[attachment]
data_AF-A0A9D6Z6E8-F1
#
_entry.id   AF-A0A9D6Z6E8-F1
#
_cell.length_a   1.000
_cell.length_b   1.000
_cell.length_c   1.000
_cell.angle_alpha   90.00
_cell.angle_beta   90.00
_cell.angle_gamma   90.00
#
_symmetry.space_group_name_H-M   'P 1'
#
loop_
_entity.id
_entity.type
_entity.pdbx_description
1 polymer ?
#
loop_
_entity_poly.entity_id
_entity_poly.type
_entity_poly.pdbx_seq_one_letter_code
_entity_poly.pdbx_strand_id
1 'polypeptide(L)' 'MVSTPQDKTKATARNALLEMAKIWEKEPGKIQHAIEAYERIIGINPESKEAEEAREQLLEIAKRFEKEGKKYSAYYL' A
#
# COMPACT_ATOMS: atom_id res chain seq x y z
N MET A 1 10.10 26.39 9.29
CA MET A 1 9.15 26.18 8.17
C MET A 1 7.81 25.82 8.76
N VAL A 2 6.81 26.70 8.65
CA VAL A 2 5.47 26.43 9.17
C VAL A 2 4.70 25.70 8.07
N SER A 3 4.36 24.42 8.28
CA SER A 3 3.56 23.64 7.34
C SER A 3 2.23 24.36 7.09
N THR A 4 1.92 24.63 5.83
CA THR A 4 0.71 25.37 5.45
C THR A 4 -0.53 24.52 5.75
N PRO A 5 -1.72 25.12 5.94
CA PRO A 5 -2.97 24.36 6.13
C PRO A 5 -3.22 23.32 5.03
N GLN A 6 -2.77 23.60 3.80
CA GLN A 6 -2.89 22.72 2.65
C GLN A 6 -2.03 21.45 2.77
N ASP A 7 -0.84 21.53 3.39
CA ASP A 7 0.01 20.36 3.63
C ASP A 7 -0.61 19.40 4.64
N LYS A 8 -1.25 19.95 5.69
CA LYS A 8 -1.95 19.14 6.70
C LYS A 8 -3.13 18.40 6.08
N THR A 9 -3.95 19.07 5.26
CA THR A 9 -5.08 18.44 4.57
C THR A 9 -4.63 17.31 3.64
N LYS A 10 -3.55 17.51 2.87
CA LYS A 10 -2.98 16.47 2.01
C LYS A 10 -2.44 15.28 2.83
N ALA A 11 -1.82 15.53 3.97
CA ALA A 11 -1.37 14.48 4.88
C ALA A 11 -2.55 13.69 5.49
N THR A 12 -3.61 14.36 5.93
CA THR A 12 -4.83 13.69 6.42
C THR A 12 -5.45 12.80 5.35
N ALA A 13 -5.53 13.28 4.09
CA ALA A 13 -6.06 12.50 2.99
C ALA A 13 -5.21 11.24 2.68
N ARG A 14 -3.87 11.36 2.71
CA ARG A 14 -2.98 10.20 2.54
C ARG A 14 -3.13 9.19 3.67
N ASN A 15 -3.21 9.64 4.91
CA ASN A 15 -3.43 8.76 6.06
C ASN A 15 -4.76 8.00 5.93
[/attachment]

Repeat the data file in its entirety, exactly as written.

data_AF-A0A9D6Z6E8-F1
#
_entry.id   AF-A0A9D6Z6E8-F1
#
_cell.length_a   1.000
_cell.length_b   1.000
_cell.length_c   1.000
_cell.angle_alpha   90.00
_cell.angle_beta   90.00
_cell.angle_gamma   90.00
#
_symmetry.space_group_name_H-M   'P 1'
#
loop_
_entity.id
_entity.type
_entity.pdbx_description
1 polymer ?
#
loop_
_entity_poly.entity_id
_entity_poly.type
_entity_poly.pdbx_seq_one_letter_code
_entity_poly.pdbx_strand_id
1 'polypeptide(L)' 'MVSTPQDKTKATARNALLEMAKIWEKEPGKIQHAIEAYERIIGINPESKEAEEAREQLLEIAKRFEKEGKKYSAYYL' A
#
# COMPACT_ATOMS: atom_id res chain seq x y z
N MET A 1 10.10 26.39 9.29
CA MET A 1 9.15 26.18 8.17
C MET A 1 7.81 25.82 8.76
N VAL A 2 6.81 26.70 8.65
CA VAL A 2 5.47 26.43 9.17
C VAL A 2 4.70 25.70 8.07
N SER A 3 4.36 24.42 8.28
CA SER A 3 3.56 23.64 7.34
C SER A 3 2.23 24.36 7.09
N THR A 4 1.92 24.63 5.83
CA THR A 4 0.71 25.37 5.45
C THR A 4 -0.53 24.52 5.75
N PRO A 5 -1.72 25.12 5.94
CA PRO A 5 -2.97 24.36 6.13
C PRO A 5 -3.22 23.32 5.03
N GLN A 6 -2.77 23.60 3.80
CA GLN A 6 -2.89 22.72 2.65
C GLN A 6 -2.03 21.45 2.77
N ASP A 7 -0.84 21.53 3.39
CA ASP A 7 0.01 20.36 3.63
C ASP A 7 -0.61 19.40 4.64
N LYS A 8 -1.25 19.95 5.69
CA LYS A 8 -1.95 19.14 6.70
C LYS A 8 -3.13 18.40 6.08
N THR A 9 -3.95 19.07 5.26
CA THR A 9 -5.08 18.44 4.57
C THR A 9 -4.63 17.31 3.64
N LYS A 10 -3.55 17.51 2.87
CA LYS A 10 -2.98 16.47 2.01
C LYS A 10 -2.44 15.28 2.83
N ALA A 11 -1.82 15.53 3.97
CA ALA A 11 -1.37 14.48 4.88
C ALA A 11 -2.55 13.69 5.49
N THR A 12 -3.61 14.36 5.93
CA THR A 12 -4.83 13.69 6.42
C THR A 12 -5.45 12.80 5.35
N ALA A 13 -5.53 13.28 4.09
CA ALA A 13 -6.06 12.50 2.99
C ALA A 13 -5.21 11.24 2.68
N ARG A 14 -3.87 11.36 2.71
CA ARG A 14 -2.98 10.20 2.54
C ARG A 14 -3.13 9.19 3.67
N ASN A 15 -3.21 9.64 4.91
CA ASN A 15 -3.43 8.76 6.06
C ASN A 15 -4.76 8.00 5.93